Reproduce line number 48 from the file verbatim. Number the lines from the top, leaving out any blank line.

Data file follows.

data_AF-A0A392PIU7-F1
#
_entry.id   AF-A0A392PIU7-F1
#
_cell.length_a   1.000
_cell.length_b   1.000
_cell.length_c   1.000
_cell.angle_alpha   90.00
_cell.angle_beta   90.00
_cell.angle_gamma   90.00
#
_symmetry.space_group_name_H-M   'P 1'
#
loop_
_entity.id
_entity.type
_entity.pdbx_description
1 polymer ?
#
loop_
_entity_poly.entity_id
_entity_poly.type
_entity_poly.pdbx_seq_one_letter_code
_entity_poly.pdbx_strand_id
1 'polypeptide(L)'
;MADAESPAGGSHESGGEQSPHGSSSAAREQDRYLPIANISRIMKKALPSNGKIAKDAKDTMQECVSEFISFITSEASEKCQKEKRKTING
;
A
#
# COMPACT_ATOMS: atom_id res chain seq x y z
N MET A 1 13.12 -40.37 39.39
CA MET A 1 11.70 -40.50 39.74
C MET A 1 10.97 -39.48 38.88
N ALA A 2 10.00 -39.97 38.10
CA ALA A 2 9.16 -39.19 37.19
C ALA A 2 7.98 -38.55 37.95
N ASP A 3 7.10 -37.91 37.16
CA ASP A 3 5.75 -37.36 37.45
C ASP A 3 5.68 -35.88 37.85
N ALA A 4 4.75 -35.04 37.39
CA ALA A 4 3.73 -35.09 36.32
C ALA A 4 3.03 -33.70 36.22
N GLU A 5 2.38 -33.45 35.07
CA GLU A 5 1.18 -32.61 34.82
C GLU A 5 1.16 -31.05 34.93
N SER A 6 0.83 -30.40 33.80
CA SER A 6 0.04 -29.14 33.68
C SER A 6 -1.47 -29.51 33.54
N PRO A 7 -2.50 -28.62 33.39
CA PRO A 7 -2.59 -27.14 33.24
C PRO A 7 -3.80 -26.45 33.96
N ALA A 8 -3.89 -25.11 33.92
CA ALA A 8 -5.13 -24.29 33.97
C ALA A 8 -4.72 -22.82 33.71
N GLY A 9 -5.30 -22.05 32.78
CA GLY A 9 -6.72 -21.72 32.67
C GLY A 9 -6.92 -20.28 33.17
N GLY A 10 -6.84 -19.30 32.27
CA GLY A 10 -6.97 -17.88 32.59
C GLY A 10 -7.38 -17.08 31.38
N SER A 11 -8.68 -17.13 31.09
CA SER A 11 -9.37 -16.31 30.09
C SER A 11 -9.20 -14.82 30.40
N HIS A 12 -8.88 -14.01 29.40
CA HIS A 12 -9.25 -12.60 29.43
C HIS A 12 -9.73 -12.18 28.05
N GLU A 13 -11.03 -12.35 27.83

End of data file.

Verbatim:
C SER A 6 -1.47 -29.51 33.54